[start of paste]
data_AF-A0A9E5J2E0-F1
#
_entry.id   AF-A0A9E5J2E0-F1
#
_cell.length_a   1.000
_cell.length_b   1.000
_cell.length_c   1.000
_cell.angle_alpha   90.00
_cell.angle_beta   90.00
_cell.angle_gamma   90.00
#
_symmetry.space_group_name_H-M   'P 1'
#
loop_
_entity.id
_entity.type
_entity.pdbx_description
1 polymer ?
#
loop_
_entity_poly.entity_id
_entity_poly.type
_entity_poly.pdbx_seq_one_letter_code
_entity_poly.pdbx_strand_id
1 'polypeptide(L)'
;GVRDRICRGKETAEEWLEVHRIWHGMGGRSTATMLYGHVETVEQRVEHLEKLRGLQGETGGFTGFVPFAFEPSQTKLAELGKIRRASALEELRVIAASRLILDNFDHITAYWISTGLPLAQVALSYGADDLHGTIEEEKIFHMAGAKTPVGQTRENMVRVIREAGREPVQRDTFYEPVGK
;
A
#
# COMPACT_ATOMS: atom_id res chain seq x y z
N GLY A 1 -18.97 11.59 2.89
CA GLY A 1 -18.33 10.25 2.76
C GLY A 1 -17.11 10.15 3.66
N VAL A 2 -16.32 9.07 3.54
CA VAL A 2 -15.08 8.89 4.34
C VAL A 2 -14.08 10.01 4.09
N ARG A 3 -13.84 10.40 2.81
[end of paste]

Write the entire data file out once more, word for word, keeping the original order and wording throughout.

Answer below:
data_AF-A0A9E5J2E0-F1
#
_entry.id   AF-A0A9E5J2E0-F1
#
_cell.length_a   1.000
_cell.length_b   1.000
_cell.length_c   1.000
_cell.angle_alpha   90.00
_cell.angle_beta   90.00
_cell.angle_gamma   90.00
#
_symmetry.space_group_name_H-M   'P 1'
#
loop_
_entity.id
_entity.type
_entity.pdbx_description
1 polymer ?
#
loop_
_entity_poly.entity_id
_entity_poly.type
_entity_poly.pdbx_seq_one_letter_code
_entity_poly.pdbx_strand_id
1 'polypeptide(L)'
;GVRDRICRGKETAEEWLEVHRIWHGMGGRSTATMLYGHVETVEQRVEHLEKLRGLQGETGGFTGFVPFAFEPSQTKLAELGKIRRASALEELRVIAASRLILDNFDHITAYWISTGLPLAQVALSYGADDLHGTIEEEKIFHMAGAKTPVGQTRENMVRVIREAGREPVQRDTFYEPVGK
;
A
#
# COMPACT_ATOMS: atom_id res chain seq x y z
N GLY A 1 -18.97 11.59 2.89
CA GLY A 1 -18.33 10.25 2.76
C GLY A 1 -17.11 10.15 3.66
N VAL A 2 -16.32 9.07 3.54
CA VAL A 2 -15.08 8.89 4.34
C VAL A 2 -14.08 10.01 4.09
N ARG A 3 -13.84 10.40 2.81